In this latter case, however, there is considerable doubt and difficulty in determining the descent.[1] Lord Harewood's pedigree begins with John Lascelles, seated at Hinderskelfe (now called Castle Howard) in the time of Ed. II.), and "thought (by Collins) to be a younger son of the house of Sowerby and Brackenbury, who bore the arms without the bordure." This coat, Sable a cross flory within a bordure Or, is not that of Roger Lord Lascelles, which was Argent three chaplets of roses vermaux, within a border engrailed Sable. The author of 'The Norman People' declares their ancestor to have been the Simon de Lacelles mentioned in the Liber Niger, "from whose son John descend lineally the Earls of Harewood." Here we are at once met by a formidable hiatus in the line of descent; for a blank of no less than one hundred and twenty-five years intervenes between these two Johns—John the son of Simon and John of Hinderskelfe.

The latter, at all events, is the recognized and undoubted progenitor of the present house. His son was called filius Johannis, or Jackson, and for the next seven generations his descendants successively bore this name. About the end of the fifteenth century, they removed to Gawthorpe, also in the North Riding, where Harewood House was afterwards built, and thence to Stank and Northallerton. Daniel, the sixteenth child born to Francis Lascelles of Stank and Northallerton, served as High Sheriff in 1719, and was the father of two sons who settled in Barbadoes, where the younger, Henry, became Collector of the Customs. This Henry, who had married a West Indian, eventually inherited the estates, including Harewood, bought a few years before: and his son Edwin was created Baron Harewood of Harewood Castle in 1790. But he died childless in 1795 J and his cousin Edward, who became the head of the family, received first the barony, in the following year, and a Viscountcy and Earldom in 1812. Both these peers had been born at St. Michael's in Barbadoes.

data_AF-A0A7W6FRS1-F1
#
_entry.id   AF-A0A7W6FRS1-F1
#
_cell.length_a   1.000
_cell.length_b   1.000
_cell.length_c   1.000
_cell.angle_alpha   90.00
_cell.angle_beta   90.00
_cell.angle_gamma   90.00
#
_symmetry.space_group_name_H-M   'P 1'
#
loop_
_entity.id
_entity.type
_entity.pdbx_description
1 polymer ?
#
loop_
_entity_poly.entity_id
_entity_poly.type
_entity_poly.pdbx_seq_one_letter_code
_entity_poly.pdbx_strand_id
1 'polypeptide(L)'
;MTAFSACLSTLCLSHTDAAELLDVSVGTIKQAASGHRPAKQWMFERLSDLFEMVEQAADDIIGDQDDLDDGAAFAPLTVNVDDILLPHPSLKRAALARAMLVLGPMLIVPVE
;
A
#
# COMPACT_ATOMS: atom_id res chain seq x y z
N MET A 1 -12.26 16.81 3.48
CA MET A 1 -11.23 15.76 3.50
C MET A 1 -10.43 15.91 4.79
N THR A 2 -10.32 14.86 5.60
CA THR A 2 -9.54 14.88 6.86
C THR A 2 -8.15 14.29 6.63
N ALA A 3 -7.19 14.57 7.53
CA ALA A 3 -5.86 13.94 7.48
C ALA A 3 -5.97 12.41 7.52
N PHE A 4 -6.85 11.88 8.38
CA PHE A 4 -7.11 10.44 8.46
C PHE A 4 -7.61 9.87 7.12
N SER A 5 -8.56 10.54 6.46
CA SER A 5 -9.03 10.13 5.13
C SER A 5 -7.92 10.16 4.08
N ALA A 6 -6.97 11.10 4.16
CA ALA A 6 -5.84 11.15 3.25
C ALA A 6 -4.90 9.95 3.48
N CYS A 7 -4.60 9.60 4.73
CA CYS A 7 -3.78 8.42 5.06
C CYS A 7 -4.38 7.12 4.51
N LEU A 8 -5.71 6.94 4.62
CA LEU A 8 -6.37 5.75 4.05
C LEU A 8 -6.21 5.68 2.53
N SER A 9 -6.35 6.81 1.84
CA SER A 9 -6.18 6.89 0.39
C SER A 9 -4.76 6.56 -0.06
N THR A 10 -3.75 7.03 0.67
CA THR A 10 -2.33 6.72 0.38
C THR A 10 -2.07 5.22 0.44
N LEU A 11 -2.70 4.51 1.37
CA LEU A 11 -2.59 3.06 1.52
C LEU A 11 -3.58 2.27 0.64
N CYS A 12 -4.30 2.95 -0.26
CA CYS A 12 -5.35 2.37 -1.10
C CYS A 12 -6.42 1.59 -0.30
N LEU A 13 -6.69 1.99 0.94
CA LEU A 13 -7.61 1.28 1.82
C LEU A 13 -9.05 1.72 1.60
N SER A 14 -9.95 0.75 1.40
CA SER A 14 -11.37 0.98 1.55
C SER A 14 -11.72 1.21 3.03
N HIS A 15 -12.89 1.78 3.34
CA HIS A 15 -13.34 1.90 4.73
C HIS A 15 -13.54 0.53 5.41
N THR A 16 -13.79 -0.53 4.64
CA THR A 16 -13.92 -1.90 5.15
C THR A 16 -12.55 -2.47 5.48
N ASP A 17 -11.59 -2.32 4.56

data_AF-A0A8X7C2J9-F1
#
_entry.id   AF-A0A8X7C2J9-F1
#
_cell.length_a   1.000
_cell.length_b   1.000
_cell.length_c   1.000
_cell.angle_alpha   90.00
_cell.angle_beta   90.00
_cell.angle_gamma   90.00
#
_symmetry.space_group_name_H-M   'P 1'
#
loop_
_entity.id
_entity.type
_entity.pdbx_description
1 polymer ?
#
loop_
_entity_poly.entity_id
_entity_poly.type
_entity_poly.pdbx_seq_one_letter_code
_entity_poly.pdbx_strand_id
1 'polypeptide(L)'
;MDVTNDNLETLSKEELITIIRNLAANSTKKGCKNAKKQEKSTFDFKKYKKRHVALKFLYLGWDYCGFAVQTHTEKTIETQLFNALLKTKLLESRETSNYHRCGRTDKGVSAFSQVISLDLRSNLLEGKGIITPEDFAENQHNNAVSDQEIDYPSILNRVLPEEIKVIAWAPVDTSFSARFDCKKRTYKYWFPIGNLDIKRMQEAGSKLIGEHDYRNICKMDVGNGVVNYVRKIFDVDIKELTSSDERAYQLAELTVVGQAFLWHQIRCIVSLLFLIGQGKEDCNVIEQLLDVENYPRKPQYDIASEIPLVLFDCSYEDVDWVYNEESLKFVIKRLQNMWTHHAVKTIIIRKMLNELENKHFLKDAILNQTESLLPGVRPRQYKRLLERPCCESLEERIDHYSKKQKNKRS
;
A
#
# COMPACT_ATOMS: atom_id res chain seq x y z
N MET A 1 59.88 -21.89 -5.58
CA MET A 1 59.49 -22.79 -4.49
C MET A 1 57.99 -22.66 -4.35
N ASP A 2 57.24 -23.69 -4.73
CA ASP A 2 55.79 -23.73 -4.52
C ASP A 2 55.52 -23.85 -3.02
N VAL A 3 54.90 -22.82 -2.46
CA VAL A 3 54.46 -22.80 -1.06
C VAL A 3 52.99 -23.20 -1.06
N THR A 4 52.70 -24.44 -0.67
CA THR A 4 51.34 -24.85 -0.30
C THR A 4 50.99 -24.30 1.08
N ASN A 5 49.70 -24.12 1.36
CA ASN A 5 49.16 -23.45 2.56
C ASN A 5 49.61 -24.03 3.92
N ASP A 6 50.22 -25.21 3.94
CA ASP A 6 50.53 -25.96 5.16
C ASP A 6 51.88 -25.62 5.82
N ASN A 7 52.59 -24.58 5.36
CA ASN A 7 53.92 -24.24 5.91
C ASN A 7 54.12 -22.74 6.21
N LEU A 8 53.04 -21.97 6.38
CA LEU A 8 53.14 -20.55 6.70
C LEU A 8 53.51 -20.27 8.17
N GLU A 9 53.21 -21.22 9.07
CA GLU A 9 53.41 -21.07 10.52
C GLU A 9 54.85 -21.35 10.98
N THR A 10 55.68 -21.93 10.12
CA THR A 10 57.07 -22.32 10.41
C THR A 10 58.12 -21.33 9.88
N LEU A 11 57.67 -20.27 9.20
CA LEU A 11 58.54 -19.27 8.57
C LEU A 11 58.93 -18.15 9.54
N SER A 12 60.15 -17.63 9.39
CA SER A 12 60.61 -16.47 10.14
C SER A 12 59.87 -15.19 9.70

1. "Yet how far those genealogists may be correct, who have consimilitated the descent of the Lascels family of the present day, with the blood of the illustrious baron in the time of Edward I., is not for controversy here; although the assertion is a pretty evident proof, that these gentle historians had never read the epitaph made by Henry Lascels, Esq., the collector of the Crown revenues at Barbadoes, who departed out of this transitory world anno 1753; for had that celebrated epitaph ever met their eye it is to be imagined their ideas of the noble lineage of the Baron of Harewood would have been confined to a more recent and a more humble extraction."—Banks.

-- Cleveland